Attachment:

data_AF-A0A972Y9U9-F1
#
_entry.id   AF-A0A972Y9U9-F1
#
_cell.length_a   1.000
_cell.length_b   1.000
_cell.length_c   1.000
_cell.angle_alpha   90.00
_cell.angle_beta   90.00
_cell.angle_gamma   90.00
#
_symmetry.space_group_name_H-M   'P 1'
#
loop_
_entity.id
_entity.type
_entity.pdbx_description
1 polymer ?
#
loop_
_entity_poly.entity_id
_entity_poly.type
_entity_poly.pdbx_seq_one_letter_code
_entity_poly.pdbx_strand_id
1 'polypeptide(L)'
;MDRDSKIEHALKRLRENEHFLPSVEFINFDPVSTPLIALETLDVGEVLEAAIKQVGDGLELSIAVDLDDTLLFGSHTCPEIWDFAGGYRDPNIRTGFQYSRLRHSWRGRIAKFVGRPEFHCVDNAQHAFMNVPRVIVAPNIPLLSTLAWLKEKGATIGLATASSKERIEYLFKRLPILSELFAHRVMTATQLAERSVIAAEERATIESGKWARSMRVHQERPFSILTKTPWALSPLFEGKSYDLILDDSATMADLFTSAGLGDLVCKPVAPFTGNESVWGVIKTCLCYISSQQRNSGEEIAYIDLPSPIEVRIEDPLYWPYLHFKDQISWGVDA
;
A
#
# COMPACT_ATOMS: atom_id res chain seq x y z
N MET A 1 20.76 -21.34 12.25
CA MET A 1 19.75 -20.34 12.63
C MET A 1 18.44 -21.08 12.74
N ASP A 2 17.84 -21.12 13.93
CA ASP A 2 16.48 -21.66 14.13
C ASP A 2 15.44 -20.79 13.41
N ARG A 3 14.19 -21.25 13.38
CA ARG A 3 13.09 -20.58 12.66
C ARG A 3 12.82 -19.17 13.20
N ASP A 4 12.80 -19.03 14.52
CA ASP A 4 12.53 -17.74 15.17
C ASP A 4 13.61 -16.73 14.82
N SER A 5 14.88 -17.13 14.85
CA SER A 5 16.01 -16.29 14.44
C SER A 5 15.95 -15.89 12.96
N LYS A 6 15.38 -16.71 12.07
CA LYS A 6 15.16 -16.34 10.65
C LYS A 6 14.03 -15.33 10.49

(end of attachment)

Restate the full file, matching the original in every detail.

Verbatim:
data_AF-A0A972Y9U9-F1
#
_entry.id   AF-A0A972Y9U9-F1
#
_cell.length_a   1.000
_cell.length_b   1.000
_cell.length_c   1.000
_cell.angle_alpha   90.00
_cell.angle_beta   90.00
_cell.angle_gamma   90.00
#
_symmetry.space_group_name_H-M   'P 1'
#
loop_
_entity.id
_entity.type
_entity.pdbx_description
1 polymer ?
#
loop_
_entity_poly.entity_id
_entity_poly.type
_entity_poly.pdbx_seq_one_letter_code
_entity_poly.pdbx_strand_id
1 'polypeptide(L)'
;MDRDSKIEHALKRLRENEHFLPSVEFINFDPVSTPLIALETLDVGEVLEAAIKQVGDGLELSIAVDLDDTLLFGSHTCPEIWDFAGGYRDPNIRTGFQYSRLRHSWRGRIAKFVGRPEFHCVDNAQHAFMNVPRVIVAPNIPLLSTLAWLKEKGATIGLATASSKERIEYLFKRLPILSELFAHRVMTATQLAERSVIAAEERATIESGKWARSMRVHQERPFSILTKTPWALSPLFEGKSYDLILDDSATMADLFTSAGLGDLVCKPVAPFTGNESVWGVIKTCLCYISSQQRNSGEEIAYIDLPSPIEVRIEDPLYWPYLHFKDQISWGVDA
;
A
#
# COMPACT_ATOMS: atom_id res chain seq x y z
N MET A 1 20.76 -21.34 12.25
CA MET A 1 19.75 -20.34 12.63
C MET A 1 18.44 -21.08 12.74
N ASP A 2 17.84 -21.12 13.93
CA ASP A 2 16.48 -21.66 14.13
C ASP A 2 15.44 -20.79 13.41
N ARG A 3 14.19 -21.25 13.38
CA ARG A 3 13.09 -20.58 12.66
C ARG A 3 12.82 -19.17 13.20
N ASP A 4 12.80 -19.03 14.52
CA ASP A 4 12.53 -17.74 15.17
C ASP A 4 13.61 -16.73 14.82
N SER A 5 14.88 -17.13 14.85
CA SER A 5 16.01 -16.29 14.44
C SER A 5 15.95 -15.89 12.96
N LYS A 6 15.38 -16.71 12.07
CA LYS A 6 15.16 -16.34 10.65
C LYS A 6 14.03 -15.33 10.49